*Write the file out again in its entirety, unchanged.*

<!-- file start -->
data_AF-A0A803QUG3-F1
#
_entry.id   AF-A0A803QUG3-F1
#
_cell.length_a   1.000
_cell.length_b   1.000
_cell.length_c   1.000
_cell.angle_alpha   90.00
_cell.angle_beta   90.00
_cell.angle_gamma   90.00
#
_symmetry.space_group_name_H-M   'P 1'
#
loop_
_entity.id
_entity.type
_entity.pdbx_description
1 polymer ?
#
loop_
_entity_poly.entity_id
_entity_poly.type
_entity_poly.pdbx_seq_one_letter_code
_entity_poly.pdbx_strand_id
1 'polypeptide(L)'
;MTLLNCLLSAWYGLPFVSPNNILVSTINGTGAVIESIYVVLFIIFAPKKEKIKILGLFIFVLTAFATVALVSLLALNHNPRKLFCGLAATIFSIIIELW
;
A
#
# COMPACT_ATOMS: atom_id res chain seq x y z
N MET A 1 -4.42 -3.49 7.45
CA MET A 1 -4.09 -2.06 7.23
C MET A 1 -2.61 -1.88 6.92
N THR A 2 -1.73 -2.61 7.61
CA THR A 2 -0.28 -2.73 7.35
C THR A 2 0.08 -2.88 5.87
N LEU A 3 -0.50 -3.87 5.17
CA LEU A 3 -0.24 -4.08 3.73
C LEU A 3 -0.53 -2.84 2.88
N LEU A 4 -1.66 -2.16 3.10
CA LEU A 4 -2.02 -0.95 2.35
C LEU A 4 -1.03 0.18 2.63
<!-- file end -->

data_AF-A0A803QUG3-F1
#
_entry.id   AF-A0A803QUG3-F1
#
_cell.length_a   1.000
_cell.length_b   1.000
_cell.length_c   1.000
_cell.angle_alpha   90.00
_cell.angle_beta   90.00
_cell.angle_gamma   90.00
#
_symmetry.space_group_name_H-M   'P 1'
#
loop_
_entity.id
_entity.type
_entity.pdbx_description
1 polymer ?
#
loop_
_entity_poly.entity_id
_entity_poly.type
_entity_poly.pdbx_seq_one_letter_code
_entity_poly.pdbx_strand_id
1 'polypeptide(L)'
;MTLLNCLLSAWYGLPFVSPNNILVSTINGTGAVIESIYVVLFIIFAPKKEKIKILGLFIFVLTAFATVALVSLLALNHNPRKLFCGLAATIFSIIIELW
;
A
#
# COMPACT_ATOMS: atom_id res chain seq x y z
N MET A 1 -4.42 -3.49 7.45
CA MET A 1 -4.09 -2.06 7.23
C MET A 1 -2.61 -1.88 6.92
N THR A 2 -1.73 -2.61 7.61
CA THR A 2 -0.28 -2.73 7.35
C THR A 2 0.08 -2.88 5.87
N LEU A 3 -0.50 -3.87 5.17
CA LEU A 3 -0.24 -4.08 3.73
C LEU A 3 -0.53 -2.84 2.88
N LEU A 4 -1.66 -2.16 3.10
CA LEU A 4 -2.02 -0.95 2.35
C LEU A 4 -1.03 0.18 2.63